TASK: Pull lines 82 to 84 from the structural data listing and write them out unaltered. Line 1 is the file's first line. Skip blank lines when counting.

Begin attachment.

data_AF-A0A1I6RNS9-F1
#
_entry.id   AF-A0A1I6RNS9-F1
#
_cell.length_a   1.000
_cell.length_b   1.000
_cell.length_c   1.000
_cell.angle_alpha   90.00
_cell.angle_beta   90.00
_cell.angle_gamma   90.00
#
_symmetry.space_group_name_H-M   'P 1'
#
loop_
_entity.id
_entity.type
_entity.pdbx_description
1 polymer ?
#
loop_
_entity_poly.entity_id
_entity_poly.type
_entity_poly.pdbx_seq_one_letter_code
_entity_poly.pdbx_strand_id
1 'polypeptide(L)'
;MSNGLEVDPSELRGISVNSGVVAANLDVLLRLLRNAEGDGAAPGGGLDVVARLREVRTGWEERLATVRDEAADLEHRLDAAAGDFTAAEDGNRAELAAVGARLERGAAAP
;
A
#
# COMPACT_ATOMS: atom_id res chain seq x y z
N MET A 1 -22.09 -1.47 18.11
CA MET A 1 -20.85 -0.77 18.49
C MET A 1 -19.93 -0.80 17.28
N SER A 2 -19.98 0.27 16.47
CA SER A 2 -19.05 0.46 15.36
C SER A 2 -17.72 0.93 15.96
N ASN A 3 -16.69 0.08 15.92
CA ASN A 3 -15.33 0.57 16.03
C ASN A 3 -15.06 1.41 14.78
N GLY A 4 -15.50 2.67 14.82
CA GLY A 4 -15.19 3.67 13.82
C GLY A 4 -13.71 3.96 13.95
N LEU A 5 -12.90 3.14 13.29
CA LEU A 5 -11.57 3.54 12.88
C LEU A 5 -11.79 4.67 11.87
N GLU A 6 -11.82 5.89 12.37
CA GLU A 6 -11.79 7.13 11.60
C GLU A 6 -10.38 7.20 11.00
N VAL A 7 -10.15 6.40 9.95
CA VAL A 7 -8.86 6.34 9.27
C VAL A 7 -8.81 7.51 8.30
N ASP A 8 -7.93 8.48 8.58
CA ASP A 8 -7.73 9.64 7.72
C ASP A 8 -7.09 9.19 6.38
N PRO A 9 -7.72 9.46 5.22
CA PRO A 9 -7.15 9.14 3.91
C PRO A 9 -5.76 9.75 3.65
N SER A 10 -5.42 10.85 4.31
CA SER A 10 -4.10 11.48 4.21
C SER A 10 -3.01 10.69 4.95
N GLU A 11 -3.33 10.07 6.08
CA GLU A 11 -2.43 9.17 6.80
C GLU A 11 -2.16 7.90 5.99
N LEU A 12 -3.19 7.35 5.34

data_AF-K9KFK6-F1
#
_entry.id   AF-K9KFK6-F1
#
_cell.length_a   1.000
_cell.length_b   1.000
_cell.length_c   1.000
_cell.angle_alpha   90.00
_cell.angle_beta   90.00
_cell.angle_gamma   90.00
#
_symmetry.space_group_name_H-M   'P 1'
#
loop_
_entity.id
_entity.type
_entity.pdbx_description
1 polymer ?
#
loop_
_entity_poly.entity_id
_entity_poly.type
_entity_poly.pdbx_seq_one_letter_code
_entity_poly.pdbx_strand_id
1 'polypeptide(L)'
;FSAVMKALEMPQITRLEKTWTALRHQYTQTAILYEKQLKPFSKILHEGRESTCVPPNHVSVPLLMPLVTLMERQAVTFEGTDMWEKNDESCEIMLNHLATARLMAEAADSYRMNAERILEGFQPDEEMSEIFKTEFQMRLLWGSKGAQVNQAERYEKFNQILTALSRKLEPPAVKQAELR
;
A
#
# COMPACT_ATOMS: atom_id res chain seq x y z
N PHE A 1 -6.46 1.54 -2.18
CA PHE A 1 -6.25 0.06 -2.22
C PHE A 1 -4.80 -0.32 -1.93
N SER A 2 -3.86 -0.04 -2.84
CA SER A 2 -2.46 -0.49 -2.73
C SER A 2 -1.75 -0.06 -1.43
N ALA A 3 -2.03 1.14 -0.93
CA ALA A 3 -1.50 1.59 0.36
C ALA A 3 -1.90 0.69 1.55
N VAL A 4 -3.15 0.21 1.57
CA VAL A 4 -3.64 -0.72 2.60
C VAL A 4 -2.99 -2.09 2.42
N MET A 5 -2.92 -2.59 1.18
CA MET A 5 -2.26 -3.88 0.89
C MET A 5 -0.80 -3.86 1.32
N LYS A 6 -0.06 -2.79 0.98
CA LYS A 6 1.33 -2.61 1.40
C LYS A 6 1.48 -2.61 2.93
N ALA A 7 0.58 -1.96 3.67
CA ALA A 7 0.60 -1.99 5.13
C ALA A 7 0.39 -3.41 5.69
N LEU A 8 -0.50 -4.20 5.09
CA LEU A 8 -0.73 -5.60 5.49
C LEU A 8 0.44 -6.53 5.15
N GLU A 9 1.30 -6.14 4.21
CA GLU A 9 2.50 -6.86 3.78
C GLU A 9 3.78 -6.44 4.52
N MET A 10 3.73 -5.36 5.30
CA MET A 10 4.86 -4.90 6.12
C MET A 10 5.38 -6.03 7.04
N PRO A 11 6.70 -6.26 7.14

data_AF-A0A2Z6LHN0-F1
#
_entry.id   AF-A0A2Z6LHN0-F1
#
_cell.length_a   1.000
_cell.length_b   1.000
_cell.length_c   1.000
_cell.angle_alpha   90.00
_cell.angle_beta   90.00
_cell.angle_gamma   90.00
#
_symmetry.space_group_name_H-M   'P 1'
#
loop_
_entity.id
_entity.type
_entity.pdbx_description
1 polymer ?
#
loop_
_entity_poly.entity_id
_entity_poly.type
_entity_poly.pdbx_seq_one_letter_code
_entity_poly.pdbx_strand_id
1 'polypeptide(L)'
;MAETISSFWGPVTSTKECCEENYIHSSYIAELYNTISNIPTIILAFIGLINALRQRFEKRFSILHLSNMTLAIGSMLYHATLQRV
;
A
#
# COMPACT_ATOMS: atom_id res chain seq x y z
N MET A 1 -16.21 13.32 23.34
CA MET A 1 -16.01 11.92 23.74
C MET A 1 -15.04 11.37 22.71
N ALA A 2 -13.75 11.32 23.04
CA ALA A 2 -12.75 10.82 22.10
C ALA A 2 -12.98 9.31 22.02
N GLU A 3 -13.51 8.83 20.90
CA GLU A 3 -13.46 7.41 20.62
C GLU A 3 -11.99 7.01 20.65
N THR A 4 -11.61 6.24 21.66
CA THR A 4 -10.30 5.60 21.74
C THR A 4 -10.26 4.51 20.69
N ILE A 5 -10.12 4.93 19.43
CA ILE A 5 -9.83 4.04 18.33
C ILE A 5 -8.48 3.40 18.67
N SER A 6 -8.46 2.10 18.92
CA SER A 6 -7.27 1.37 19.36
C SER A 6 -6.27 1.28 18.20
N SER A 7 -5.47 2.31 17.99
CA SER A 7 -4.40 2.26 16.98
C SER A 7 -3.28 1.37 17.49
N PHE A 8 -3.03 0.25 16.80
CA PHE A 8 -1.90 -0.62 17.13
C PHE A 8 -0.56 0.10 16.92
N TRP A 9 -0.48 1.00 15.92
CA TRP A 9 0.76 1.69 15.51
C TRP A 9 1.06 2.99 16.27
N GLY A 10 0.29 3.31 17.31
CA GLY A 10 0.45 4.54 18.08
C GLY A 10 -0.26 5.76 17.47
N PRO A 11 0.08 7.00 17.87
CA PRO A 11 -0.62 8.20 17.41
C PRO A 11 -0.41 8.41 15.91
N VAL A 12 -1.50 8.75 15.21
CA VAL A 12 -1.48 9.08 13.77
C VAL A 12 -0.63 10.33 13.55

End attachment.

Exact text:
1 polymer ?
#
loop_